Last week I stopped by one of my favourite op-shops between errands, and had a rummage in their $3 fill-a-bag fabric bin. I didn’t find any fabric, but I did find something even better.
This is a hussif, hussuf, hussy, huswif, hussive or housewife (so, basically any way you can spell a contraction of housewife).
A hussuf is a fabric case for carrying all your sewing implements. The most common form is a long rectangle of padded fabric that rolls up into a small packet, so that you can easily take all your sewing bits with you everywhere.
A 1910s dictionary describes it as:
Husszf, that is, house-wife; a roll of flannel with a pin-cushion attached, used for the purpose of holding pins, needles, and thread
The term housewife (and its derivatives) for a sewing kit dates back to the mid-18th century.
The many variants of housewife are theorised to have originated in the regional dialect of Lancashire: during the 18th and 19th century the port of Lancaster was one of the busiest in England (heavily involved in the slave trade, among other things). Sailors had to do their own mending, and had to be able to easily carry all their own goods, so housewifes were perfect for their lifestyle. Many sailors came from Lancashire, and other sailors picked up the local term for the kits from them, or when they visited the port.
While women certainly carried and used them, housewifes are most associated with sailors and soldiers. We know that soldiers on both sides of the conflict brought their own kits in the American Civil War. An 1855 investigation into the poor performance of the British army in the Crimean war pointed out that the Russian soldiers all carried hussifs, and that if the English army had done the same, English soldiers would not have been in rags at Sevastapol. In WWI and WWII they were popular items for women’s sewing groups to make to include in care packages. Patriotic councils provided guidelines for the appropriate housewife to best fit the soldiers. According to one newspaper report, almost 50,000 kits were made and/or filled by ‘hussif groups’ between 1940 and 1944.
While military and naval housewives were probably quite functional, there were also prettier housewives for less strenuous use. The pages who attended on Prinny were supplied in 1789 with a “striped silk Housewife filled with coloured silks, thread, needles & thimbles” presumably so they could assist if the Prince had any urgent wardrobe malfunctions. Over a century later, and slightly less factually, Barrie’s Wendy has a housewife which she produces to sew Peter Pan’s shadow to his foot. Most were probably homemade, but they could also be purchased commercially.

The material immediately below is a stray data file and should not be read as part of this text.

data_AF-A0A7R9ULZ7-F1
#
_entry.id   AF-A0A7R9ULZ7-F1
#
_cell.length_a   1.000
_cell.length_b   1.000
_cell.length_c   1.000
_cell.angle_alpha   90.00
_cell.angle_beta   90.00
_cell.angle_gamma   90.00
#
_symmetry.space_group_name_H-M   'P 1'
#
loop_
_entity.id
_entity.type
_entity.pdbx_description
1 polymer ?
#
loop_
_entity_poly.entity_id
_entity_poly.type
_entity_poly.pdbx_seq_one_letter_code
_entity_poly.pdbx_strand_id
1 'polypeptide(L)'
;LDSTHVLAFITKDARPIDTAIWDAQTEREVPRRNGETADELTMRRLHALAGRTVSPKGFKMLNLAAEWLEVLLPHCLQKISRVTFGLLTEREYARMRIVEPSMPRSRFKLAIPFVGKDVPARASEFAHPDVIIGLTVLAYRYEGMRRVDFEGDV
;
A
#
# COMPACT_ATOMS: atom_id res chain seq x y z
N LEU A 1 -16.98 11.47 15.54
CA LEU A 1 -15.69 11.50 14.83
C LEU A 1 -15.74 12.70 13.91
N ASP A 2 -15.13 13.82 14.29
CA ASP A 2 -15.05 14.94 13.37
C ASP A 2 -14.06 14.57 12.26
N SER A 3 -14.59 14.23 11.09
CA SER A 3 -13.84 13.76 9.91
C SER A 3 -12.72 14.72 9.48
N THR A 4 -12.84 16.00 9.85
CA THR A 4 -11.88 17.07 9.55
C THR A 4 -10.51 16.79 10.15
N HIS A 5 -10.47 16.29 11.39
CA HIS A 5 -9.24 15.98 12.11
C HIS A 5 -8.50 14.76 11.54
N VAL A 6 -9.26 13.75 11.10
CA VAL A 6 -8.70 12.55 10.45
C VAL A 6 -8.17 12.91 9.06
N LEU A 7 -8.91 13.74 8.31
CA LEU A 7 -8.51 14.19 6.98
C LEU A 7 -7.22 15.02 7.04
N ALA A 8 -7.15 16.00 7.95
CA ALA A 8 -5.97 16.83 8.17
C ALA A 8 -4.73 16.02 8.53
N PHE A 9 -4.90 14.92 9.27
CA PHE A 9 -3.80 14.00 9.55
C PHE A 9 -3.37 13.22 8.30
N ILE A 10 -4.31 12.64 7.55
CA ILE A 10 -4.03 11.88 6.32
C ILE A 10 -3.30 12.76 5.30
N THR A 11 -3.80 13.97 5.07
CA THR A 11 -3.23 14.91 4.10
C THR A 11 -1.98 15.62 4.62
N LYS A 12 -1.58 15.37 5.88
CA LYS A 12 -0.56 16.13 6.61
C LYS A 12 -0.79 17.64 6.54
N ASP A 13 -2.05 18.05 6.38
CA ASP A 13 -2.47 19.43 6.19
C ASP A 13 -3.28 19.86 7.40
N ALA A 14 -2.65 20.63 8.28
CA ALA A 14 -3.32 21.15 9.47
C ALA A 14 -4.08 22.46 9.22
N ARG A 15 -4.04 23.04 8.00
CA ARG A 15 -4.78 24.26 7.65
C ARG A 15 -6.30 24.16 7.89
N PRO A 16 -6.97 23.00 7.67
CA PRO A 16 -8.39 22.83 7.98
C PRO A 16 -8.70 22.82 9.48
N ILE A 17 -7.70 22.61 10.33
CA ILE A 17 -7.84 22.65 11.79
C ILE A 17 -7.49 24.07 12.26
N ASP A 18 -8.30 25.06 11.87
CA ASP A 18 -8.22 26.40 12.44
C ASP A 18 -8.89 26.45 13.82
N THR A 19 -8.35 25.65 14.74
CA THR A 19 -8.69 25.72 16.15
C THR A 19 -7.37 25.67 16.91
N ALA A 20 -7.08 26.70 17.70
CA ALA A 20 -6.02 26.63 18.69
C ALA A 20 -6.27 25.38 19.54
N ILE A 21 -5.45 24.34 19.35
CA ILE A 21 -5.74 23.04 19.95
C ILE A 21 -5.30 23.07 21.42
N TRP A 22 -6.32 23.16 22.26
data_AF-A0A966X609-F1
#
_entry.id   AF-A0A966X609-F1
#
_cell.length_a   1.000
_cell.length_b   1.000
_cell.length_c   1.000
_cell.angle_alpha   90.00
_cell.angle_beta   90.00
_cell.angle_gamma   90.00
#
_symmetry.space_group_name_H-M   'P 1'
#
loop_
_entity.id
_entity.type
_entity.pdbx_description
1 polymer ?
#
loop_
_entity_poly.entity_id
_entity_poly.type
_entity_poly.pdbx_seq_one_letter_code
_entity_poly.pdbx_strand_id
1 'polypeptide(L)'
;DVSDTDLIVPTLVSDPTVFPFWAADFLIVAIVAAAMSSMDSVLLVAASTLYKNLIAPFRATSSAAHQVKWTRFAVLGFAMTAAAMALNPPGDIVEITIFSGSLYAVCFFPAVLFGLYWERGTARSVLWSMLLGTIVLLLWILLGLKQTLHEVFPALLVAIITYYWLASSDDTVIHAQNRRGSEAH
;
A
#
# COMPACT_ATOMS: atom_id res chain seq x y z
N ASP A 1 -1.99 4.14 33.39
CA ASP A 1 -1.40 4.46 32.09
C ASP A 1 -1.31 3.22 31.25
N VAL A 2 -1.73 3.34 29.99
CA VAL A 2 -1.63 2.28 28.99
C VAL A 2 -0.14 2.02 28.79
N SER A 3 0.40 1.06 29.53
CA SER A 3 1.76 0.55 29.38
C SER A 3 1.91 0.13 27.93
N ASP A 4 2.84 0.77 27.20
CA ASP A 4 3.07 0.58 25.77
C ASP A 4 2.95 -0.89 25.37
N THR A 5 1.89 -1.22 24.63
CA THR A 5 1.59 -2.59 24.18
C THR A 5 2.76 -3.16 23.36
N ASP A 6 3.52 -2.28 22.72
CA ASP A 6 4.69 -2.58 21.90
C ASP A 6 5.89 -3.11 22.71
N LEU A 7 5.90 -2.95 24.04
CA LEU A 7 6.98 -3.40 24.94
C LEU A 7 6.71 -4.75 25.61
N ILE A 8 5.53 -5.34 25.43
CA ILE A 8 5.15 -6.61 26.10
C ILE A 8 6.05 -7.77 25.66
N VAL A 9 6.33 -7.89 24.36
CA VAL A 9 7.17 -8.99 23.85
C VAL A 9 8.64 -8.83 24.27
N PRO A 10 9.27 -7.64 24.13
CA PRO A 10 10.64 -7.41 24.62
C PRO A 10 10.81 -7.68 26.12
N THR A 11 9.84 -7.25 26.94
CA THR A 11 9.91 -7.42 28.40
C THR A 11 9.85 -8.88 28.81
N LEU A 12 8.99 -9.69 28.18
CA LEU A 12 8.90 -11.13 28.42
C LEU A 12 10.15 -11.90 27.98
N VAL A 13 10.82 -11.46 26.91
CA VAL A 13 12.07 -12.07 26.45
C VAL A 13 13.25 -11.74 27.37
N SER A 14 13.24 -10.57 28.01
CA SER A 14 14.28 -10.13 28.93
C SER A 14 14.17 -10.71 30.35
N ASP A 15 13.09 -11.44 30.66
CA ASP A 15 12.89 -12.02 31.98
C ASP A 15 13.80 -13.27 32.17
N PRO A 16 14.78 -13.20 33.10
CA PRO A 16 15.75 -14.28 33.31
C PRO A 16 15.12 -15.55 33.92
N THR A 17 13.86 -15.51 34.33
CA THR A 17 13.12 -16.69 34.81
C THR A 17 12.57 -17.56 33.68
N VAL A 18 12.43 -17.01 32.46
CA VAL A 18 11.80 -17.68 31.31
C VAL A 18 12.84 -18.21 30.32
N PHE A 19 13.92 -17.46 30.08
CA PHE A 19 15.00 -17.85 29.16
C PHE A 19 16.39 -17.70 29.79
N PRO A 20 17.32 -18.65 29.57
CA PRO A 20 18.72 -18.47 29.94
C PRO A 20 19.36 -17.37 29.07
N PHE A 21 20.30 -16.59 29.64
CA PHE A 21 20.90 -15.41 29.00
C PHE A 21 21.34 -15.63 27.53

Housewives were common throughout the mid 18th and 19th centuries, and into the first half of the 20th. They were standard issue for British soldiers until after WWII (that 1855 report must have had some effect), and there are at least a few stories of soldiers carrying them in the Vietnam War. Along with the military using them in their original sense, as transportable sewing kits, many modern sewist still make their own housewives.
I’m not sure how old my kit is: the outer fabrics and satin are no older than the 1940s, but it’s in very good condition and doesn’t appear to have had much use. Unless it was made with entirely vintage materials, right down to the cardstock of the scissor holder, it’s not a modern piece.
It’s got a cunning gathered pocket:
And a perfectly fitted holder for a pair of scissors:
And a wee little pocket, possibly for a thimble:
And what I suspect is a bodkin holder:
Plus a buttoned pocket, and a bit of fabric for holding threaded needles, all covered with beautifully enthusiastic, if not necessarily particularly skilful, embroidery.
It also had three delicious secrets.
I bought the housewife just because I thought it was too wonderful to pass on, but when I got it home, I realised there were lumps in two of the pockets.
The first lump revealed itself to be a teeny-tiny cunning measuring tape. I’ve never seen one like it. You twist the sides to scroll the tape in and out, and can twist the numbers on either side (presumably to record the measurement while you work with it, so you don’t forget?)
The measuring tape is Made in England, and in inches.
The other secret is even better, and I missed it at first, and only noticed it when I was checking all the pockets to photograph them.
The buttoned pocket had a flat lump of paper in it, which I initially thought was just scrap. But I unfolded it, and it revealed two NZ sixpences:
One from 1934, and one from 1937:
What a find! I’d love to know the story behind it!